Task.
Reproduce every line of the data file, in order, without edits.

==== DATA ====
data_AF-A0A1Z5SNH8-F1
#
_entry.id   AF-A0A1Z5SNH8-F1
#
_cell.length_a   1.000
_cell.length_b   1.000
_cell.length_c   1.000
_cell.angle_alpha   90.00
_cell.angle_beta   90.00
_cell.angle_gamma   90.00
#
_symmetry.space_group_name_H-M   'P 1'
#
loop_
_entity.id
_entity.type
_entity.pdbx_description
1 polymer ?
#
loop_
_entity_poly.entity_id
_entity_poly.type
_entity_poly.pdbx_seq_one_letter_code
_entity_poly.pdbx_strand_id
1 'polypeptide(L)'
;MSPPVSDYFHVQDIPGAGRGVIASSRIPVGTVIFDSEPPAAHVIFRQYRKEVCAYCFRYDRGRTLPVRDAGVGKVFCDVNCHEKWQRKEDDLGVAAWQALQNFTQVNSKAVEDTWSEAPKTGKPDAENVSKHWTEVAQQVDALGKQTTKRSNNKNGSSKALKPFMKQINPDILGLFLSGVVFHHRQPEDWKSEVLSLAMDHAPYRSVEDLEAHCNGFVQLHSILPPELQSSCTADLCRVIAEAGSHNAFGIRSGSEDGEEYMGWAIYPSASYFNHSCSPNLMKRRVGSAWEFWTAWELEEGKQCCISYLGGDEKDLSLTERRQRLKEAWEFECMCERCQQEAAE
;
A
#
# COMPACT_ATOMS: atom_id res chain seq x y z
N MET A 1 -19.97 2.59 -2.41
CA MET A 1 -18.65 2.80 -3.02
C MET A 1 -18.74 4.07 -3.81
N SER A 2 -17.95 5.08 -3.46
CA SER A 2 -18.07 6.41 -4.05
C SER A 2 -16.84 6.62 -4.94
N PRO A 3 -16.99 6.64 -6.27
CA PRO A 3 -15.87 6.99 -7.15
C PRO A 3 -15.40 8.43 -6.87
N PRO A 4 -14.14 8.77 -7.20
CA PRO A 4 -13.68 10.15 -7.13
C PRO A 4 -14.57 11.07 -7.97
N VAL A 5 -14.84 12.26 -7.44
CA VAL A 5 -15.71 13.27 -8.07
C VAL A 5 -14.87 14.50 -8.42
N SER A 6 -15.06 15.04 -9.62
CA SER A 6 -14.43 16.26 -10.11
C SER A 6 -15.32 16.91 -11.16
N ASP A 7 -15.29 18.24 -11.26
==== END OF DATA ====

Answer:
data_AF-A0A1Z5SNH8-F1
#
_entry.id   AF-A0A1Z5SNH8-F1
#
_cell.length_a   1.000
_cell.length_b   1.000
_cell.length_c   1.000
_cell.angle_alpha   90.00
_cell.angle_beta   90.00
_cell.angle_gamma   90.00
#
_symmetry.space_group_name_H-M   'P 1'
#
loop_
_entity.id
_entity.type
_entity.pdbx_description
1 polymer ?
#
loop_
_entity_poly.entity_id
_entity_poly.type
_entity_poly.pdbx_seq_one_letter_code
_entity_poly.pdbx_strand_id
1 'polypeptide(L)'
;MSPPVSDYFHVQDIPGAGRGVIASSRIPVGTVIFDSEPPAAHVIFRQYRKEVCAYCFRYDRGRTLPVRDAGVGKVFCDVNCHEKWQRKEDDLGVAAWQALQNFTQVNSKAVEDTWSEAPKTGKPDAENVSKHWTEVAQQVDALGKQTTKRSNNKNGSSKALKPFMKQINPDILGLFLSGVVFHHRQPEDWKSEVLSLAMDHAPYRSVEDLEAHCNGFVQLHSILPPELQSSCTADLCRVIAEAGSHNAFGIRSGSEDGEEYMGWAIYPSASYFNHSCSPNLMKRRVGSAWEFWTAWELEEGKQCCISYLGGDEKDLSLTERRQRLKEAWEFECMCERCQQEAAE
;
A
#
# COMPACT_ATOMS: atom_id res chain seq x y z
N MET A 1 -19.97 2.59 -2.41
CA MET A 1 -18.65 2.80 -3.02
C MET A 1 -18.74 4.07 -3.81
N SER A 2 -17.95 5.08 -3.46
CA SER A 2 -18.07 6.41 -4.05
C SER A 2 -16.84 6.62 -4.94
N PRO A 3 -16.99 6.64 -6.27
CA PRO A 3 -15.87 6.99 -7.15
C PRO A 3 -15.40 8.43 -6.87
N PRO A 4 -14.14 8.77 -7.20
CA PRO A 4 -13.68 10.15 -7.13
C PRO A 4 -14.57 11.07 -7.97
N VAL A 5 -14.84 12.26 -7.44
CA VAL A 5 -15.71 13.27 -8.07
C VAL A 5 -14.87 14.50 -8.42
N SER A 6 -15.06 15.04 -9.62
CA SER A 6 -14.43 16.26 -10.11
C SER A 6 -15.32 16.91 -11.16
N ASP A 7 -15.29 18.24 -11.26